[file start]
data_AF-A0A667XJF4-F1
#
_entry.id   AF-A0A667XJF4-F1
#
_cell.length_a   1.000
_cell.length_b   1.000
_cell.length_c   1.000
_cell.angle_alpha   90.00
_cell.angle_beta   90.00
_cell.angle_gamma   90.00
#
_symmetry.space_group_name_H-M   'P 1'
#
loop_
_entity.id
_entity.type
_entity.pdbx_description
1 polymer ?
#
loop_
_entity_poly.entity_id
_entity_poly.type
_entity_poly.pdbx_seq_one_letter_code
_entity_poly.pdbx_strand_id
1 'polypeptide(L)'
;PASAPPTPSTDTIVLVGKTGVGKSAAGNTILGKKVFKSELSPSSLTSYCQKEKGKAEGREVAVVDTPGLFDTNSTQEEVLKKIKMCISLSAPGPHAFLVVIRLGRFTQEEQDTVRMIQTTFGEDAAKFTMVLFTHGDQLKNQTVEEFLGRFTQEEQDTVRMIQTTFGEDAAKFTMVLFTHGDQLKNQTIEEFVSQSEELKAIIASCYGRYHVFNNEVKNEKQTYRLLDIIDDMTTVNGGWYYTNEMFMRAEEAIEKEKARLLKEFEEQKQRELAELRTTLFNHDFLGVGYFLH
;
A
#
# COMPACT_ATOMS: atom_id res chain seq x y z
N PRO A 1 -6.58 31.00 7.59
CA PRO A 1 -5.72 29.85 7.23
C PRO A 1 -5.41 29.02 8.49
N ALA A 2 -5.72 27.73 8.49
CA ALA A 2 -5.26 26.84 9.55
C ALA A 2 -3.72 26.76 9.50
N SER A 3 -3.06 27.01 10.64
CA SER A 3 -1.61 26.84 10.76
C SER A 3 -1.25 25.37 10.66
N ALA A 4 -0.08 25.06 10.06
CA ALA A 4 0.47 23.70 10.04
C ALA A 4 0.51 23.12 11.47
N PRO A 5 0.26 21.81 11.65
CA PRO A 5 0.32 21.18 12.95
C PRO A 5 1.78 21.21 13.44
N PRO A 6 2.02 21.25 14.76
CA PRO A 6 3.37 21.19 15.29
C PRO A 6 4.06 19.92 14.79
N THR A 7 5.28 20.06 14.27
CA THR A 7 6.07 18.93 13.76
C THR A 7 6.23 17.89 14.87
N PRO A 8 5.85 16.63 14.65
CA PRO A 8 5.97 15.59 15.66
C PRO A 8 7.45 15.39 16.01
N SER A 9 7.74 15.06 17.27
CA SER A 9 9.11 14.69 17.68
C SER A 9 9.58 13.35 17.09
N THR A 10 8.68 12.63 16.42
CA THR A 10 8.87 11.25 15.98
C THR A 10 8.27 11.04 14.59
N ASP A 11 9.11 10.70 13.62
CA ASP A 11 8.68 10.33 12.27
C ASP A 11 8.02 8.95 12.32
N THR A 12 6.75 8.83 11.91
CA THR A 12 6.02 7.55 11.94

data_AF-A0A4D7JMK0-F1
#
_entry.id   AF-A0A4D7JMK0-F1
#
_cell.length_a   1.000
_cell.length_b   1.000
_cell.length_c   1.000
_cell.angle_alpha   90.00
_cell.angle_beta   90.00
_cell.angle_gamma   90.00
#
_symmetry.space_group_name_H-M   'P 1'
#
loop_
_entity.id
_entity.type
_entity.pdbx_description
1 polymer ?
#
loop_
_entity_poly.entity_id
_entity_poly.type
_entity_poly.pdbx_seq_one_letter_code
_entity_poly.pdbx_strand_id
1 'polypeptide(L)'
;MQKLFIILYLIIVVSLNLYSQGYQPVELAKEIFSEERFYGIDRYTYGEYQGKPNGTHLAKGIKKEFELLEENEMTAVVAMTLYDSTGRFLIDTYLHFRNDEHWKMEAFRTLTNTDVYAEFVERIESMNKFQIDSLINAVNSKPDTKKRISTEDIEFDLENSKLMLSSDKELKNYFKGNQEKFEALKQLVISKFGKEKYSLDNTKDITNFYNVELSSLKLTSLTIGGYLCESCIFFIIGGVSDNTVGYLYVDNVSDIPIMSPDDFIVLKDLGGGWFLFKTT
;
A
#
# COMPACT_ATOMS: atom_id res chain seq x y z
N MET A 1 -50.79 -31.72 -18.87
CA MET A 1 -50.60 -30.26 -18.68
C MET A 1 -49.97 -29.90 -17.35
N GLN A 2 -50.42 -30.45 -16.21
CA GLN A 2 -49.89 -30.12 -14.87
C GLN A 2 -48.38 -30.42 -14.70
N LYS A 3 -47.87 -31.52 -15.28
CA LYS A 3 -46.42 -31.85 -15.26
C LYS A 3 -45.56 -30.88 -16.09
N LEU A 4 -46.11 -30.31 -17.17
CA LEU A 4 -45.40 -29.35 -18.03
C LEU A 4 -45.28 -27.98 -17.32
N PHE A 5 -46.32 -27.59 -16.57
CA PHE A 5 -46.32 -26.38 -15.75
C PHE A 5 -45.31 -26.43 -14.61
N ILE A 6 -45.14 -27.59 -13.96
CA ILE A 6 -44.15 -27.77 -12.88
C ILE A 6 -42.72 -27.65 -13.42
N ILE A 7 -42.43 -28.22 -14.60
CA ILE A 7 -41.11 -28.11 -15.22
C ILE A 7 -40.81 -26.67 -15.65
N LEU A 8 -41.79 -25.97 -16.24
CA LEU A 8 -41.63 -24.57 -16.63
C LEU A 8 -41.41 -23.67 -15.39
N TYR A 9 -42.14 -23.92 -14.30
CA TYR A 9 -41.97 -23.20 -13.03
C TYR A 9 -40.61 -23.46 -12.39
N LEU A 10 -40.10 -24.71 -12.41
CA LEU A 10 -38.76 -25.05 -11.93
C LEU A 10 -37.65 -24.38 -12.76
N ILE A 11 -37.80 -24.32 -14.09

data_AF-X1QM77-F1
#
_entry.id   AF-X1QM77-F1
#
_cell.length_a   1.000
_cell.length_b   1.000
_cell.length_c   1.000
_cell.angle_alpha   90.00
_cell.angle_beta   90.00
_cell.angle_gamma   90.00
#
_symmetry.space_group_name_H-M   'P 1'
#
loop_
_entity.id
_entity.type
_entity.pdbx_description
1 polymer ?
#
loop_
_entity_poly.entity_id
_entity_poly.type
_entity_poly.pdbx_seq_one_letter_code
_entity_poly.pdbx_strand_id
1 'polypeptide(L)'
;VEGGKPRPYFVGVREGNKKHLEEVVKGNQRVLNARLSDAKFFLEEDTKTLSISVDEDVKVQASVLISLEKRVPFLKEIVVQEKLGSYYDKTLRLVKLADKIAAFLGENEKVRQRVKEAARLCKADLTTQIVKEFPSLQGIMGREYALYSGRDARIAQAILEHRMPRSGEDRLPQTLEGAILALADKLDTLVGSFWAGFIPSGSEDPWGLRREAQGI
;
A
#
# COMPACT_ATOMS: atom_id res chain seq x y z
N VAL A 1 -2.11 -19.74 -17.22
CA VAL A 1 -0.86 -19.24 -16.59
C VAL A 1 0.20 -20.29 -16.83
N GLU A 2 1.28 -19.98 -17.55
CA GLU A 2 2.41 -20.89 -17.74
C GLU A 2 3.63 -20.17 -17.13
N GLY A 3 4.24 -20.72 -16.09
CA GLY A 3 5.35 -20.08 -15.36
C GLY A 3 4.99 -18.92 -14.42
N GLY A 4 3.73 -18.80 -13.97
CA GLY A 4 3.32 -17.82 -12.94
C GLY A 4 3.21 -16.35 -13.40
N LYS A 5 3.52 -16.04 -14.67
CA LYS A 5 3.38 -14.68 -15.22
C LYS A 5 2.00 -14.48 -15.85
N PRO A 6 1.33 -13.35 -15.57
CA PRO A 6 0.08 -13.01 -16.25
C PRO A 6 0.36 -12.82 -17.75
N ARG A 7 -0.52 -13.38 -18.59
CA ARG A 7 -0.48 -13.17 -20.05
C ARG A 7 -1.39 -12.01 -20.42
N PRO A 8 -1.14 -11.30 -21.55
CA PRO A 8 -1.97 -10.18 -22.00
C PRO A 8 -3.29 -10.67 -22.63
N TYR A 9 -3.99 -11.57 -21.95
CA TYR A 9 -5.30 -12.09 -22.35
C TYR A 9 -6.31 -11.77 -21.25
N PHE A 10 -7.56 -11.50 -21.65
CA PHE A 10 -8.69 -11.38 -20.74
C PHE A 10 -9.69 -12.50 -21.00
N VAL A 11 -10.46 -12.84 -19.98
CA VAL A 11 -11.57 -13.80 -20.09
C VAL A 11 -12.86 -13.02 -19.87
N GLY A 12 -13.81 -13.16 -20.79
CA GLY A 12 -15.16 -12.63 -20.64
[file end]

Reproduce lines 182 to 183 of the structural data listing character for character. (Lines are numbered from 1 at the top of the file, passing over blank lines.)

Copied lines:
CA TYR A 9 -5.30 -12.09 -22.35
C TYR A 9 -6.31 -11.77 -21.25